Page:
|© Copyright Peter Crawford 2013|
Wagner first conceived the work in April 1857 but it was not finished until twenty-five years later.
It was to be Wagner’s last completed opera and in composing it he took advantage of the particular acoustics of his Bayreuth Festspielhaus.
|Metropolitan Opera House – New York|
Wagner preferred to describe Parsifal not as an opera, but as “ein Bühnenweihfestspiel” – “A Festival Play for the Consecration of the Stage”.
|Wolfram von Eschenbach|
Wagner’s spelling of Parsifal instead of the Parzival he had used up to 1877 is informed by the etymology of the name Percival, deriving it from an Arabic origin, ‘Fal Parsi‘ meaning “pure fool”.
After encountering Arthur Schopenhauer’s work in 1854, Wagner became interested in oriental philosophies, especially Buddhism.
According to his own account, recorded in his autobiography ‘Mein Leben’, Wagner conceived Parsifal on Good Friday morning, April 1857, in the ‘Asyl‘ (German: “Asylum”), the small cottage on Otto von Wesendonck’s estate in the Zürich suburb of Enge, which Wesendonck – a wealthy silk merchant and generous patron of the arts – had placed at Wagner’s disposal.
“… on Good Friday I awoke to find the sun shining brightly for the first time in this house: the little garden was radiant with green, the birds sang, and at last I could sit on the roof and enjoy the long-yearned-for peace with its message of promise.
In September 1877 he began the music by making two complete drafts of the score from beginning to end.
The first of these (known in German as the ‘Gesamtentwurf‘ and in English as either the ‘Preliminary Draft’ or the ‘First Complete Draft’) was made in pencil on three staves, one for the voices and two for the instruments.
The second complete draft (‘Orchesterskizze‘, ‘Orchestral Draft’, ‘Short Score’) was made in ink and on at least three, but sometimes as many as five, staves.
This draft was much more detailed than the first and contained a considerable degree of instrumental elaboration.
The second draft was begun on 25 September 1877, just a few days after the first: at this point in his career Wagner liked to work on both drafts simultaneously, switching back and forth between the two so as not to allow too much time to elapse between his initial setting of the text and the final elaboration of the music.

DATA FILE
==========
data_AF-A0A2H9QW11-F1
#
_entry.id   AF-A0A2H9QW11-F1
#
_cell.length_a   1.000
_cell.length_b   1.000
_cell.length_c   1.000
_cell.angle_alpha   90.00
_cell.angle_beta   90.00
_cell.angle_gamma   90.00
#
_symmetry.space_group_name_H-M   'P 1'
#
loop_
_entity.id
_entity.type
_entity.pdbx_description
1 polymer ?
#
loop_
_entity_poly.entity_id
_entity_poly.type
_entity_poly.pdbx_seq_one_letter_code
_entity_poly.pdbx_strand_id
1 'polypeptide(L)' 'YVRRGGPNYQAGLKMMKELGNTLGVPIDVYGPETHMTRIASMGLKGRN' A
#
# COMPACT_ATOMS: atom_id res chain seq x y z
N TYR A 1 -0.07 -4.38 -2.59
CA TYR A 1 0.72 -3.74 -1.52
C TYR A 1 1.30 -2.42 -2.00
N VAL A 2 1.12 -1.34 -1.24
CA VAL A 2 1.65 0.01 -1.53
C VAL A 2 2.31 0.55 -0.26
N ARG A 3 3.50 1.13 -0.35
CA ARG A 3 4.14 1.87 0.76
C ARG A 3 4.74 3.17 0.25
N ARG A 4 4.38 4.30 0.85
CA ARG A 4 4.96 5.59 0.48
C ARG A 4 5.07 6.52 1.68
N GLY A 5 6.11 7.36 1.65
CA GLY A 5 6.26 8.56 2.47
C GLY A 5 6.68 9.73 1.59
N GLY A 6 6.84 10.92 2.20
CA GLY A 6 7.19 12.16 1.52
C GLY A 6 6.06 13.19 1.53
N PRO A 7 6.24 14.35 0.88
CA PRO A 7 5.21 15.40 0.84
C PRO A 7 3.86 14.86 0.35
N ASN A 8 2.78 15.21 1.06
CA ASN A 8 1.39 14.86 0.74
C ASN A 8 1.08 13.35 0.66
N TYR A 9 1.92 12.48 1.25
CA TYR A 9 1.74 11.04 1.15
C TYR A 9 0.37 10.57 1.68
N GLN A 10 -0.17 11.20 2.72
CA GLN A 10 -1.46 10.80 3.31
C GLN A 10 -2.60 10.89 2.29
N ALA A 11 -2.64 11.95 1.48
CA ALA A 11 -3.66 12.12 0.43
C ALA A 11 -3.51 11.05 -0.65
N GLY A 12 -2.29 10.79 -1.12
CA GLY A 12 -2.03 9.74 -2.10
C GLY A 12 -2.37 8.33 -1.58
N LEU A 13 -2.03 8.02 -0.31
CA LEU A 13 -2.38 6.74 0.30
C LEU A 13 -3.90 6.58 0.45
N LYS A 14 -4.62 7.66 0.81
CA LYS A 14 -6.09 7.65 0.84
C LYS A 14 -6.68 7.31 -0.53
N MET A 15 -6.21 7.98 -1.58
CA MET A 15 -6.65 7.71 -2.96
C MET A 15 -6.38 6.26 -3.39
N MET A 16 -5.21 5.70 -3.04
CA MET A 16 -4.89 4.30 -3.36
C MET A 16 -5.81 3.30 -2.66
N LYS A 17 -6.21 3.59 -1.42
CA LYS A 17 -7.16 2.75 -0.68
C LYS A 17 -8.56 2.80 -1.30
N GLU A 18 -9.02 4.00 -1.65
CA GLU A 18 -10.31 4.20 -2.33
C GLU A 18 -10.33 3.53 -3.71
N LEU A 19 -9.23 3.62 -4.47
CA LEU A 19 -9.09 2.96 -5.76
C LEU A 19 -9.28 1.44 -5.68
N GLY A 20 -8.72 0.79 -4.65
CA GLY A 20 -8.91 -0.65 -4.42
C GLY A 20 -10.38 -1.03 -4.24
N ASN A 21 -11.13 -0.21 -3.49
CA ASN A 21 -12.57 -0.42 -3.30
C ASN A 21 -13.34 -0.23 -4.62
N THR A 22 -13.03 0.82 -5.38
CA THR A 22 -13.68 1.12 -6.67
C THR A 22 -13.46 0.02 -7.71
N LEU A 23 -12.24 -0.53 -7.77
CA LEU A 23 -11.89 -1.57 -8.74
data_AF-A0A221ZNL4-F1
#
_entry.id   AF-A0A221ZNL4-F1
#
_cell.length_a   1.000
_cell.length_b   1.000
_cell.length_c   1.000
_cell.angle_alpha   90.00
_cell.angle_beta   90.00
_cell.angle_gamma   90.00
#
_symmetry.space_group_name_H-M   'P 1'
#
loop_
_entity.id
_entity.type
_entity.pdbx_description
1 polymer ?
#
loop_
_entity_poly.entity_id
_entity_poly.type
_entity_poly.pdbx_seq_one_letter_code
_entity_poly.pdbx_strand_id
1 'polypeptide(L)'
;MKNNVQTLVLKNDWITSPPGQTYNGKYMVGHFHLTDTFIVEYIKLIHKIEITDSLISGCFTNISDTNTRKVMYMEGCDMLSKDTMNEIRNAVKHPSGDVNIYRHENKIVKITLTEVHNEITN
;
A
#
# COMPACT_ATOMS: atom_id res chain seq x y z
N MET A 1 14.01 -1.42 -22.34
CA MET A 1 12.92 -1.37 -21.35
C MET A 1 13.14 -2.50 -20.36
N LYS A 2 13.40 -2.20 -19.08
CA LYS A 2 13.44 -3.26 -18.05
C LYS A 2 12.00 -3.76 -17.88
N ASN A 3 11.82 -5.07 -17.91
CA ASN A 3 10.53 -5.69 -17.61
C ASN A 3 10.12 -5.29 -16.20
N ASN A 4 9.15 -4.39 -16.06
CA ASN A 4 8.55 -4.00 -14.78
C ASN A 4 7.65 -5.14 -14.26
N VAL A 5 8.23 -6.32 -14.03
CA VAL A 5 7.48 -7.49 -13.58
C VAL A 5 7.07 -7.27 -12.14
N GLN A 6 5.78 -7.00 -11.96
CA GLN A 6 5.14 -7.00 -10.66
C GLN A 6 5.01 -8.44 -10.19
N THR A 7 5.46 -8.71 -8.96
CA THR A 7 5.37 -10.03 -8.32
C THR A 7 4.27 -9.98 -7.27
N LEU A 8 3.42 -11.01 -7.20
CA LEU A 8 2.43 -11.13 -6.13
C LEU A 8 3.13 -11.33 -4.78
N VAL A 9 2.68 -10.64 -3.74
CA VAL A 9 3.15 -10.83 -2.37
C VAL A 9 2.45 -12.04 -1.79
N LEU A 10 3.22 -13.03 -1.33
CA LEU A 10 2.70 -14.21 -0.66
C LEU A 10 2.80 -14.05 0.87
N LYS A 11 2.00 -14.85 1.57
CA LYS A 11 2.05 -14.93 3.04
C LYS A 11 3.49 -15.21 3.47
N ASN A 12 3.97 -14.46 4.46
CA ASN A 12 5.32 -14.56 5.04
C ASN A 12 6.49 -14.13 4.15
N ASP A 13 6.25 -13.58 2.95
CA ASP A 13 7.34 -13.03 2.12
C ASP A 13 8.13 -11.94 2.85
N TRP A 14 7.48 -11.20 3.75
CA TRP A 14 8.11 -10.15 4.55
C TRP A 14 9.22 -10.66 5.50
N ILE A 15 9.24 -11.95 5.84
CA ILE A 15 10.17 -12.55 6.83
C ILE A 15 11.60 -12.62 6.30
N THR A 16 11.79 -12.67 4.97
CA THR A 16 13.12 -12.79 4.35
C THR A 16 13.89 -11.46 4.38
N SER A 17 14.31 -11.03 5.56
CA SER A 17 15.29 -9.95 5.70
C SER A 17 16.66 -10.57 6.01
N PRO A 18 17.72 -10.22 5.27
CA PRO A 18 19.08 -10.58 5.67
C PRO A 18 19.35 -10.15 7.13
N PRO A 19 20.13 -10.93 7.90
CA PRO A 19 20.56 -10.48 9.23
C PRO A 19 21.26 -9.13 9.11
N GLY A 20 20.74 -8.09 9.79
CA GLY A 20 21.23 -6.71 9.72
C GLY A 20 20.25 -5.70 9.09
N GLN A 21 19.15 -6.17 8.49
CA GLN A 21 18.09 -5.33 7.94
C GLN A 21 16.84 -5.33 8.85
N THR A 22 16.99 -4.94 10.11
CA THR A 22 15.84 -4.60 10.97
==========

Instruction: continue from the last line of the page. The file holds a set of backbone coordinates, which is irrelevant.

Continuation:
The ‘Gesamtentwurf‘ of Act III was completed on 16 April 1879 and the ‘Orchesterskizze’ on the 26th of the same month.
The full score (‘Partiturerstschrift‘) was the final stage in the compositional process.
It was made in ink and consisted of a fair copy of the entire opera, with all the voices and instruments properly notated according to standard practice.
Wagner composed ‘Parsifal’ one act at a time, completing the ‘Gesamtentwur‘ and ‘Orchesterskizze‘ of each act before beginning the ‘Gesamtentwurf‘ of the next act; but because the ‘Orchesterskizze‘ already embodied all the compositional details of the full score, the actual drafting of the ‘Partiturerstschrift‘ was regarded by Wagner as little more than a routine task which could be done whenever he found the time.
The ‘Vorspiel of Act I’ was scored in August 1878.
The rest of the opera was scored between August 1879 and 13 January 1882.
|Paul von Joukowsky|
On 12 November 1880 Wagner conducted a private performance of the ‘Parsifal Vorspiel’ for his patron Ludwig II of Bavaria at the Court Theatre in Munich (see left).
The premiere of the entire work was given in the Festspielhaus at Bayreuth on 26 July 1882 under the baton of the conductor Hermann Levi.
Stage designs were by Max Brückner and Paul von Joukowsky who took their lead from Wagner himself.
The Grail hall was based on the interior of Siena Cathedral (see left) which Wagner had visited in 1880, while Klingsor’s magic garden was modelled on those at the Palazzo Rufolo in Ravello (see right).
In July and August 1882 sixteen performances of the work were given in Bayreuth conducted by Levi and Franz Fischer.
The production boasted an orchestra of 107, a chorus of 135 and 23 soloists (with the main parts being double cast).
At the last of these performances, Wagner took the baton from Levi (see right) and conducted the final scene of Act 3 from the orchestral interlude to the end.
At the first performances of ‘Parsifal’ problems with the moving scenery during the transition from Scene one to Scene two in Act 1 meant that Wagner’s existing orchestral interlude finished before Parsifal and Gurnemanz arrived at the Hall of the Grail.
Engelbert Humperdinck (see left), who was assisting the production, provided a few extra bars of music to cover this gap.
In subsequent years this problem was solved and Humperdinck’s additions were not used.
Thirty-seven years had gone by between the first idea for the work and its completion.
The Upanishads are a collection of Sanskrit philosophical texts which form the theoretical basis for the Hindu religion.
They are also known as Vedanta, (the end of the veda).
The Upanishads are considered by orthodox Hindus to contain revealed truths (Sruti) concerning the nature of ultimate reality (brahman), and describing the character and form of human salvation (moksha).